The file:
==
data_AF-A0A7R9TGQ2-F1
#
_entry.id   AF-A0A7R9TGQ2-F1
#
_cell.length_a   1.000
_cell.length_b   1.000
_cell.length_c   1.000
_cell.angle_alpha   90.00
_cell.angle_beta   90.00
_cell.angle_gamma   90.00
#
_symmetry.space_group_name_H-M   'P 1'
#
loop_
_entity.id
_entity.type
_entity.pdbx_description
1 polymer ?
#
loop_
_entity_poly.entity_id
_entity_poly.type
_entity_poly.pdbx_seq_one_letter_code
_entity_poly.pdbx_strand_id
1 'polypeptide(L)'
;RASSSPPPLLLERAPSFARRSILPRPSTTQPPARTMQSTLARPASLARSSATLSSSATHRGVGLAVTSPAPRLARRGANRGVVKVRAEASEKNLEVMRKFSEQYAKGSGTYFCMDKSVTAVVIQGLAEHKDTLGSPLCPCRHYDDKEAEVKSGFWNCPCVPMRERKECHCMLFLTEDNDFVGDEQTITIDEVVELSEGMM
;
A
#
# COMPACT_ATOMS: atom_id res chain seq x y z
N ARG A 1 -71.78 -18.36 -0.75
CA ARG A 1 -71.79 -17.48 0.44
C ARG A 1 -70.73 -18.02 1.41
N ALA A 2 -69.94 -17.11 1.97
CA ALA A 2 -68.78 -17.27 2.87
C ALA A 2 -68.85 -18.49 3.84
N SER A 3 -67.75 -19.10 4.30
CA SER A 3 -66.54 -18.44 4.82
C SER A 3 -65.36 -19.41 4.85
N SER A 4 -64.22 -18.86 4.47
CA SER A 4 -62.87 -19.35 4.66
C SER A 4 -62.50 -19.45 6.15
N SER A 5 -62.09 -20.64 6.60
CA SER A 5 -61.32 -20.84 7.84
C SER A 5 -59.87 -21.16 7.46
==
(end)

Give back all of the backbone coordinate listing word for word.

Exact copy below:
data_AF-A0A7R9TGQ2-F1
#
_entry.id   AF-A0A7R9TGQ2-F1
#
_cell.length_a   1.000
_cell.length_b   1.000
_cell.length_c   1.000
_cell.angle_alpha   90.00
_cell.angle_beta   90.00
_cell.angle_gamma   90.00
#
_symmetry.space_group_name_H-M   'P 1'
#
loop_
_entity.id
_entity.type
_entity.pdbx_description
1 polymer ?
#
loop_
_entity_poly.entity_id
_entity_poly.type
_entity_poly.pdbx_seq_one_letter_code
_entity_poly.pdbx_strand_id
1 'polypeptide(L)'
;RASSSPPPLLLERAPSFARRSILPRPSTTQPPARTMQSTLARPASLARSSATLSSSATHRGVGLAVTSPAPRLARRGANRGVVKVRAEASEKNLEVMRKFSEQYAKGSGTYFCMDKSVTAVVIQGLAEHKDTLGSPLCPCRHYDDKEAEVKSGFWNCPCVPMRERKECHCMLFLTEDNDFVGDEQTITIDEVVELSEGMM
;
A
#
# COMPACT_ATOMS: atom_id res chain seq x y z
N ARG A 1 -71.78 -18.36 -0.75
CA ARG A 1 -71.79 -17.48 0.44
C ARG A 1 -70.73 -18.02 1.41
N ALA A 2 -69.94 -17.11 1.97
CA ALA A 2 -68.78 -17.27 2.87
C ALA A 2 -68.85 -18.49 3.84
N SER A 3 -67.75 -19.10 4.30
CA SER A 3 -66.54 -18.44 4.82
C SER A 3 -65.36 -19.41 4.85
N SER A 4 -64.22 -18.86 4.47
CA SER A 4 -62.87 -19.35 4.66
C SER A 4 -62.50 -19.45 6.15
N SER A 5 -62.09 -20.64 6.60
CA SER A 5 -61.32 -20.84 7.84
C SER A 5 -59.87 -21.16 7.46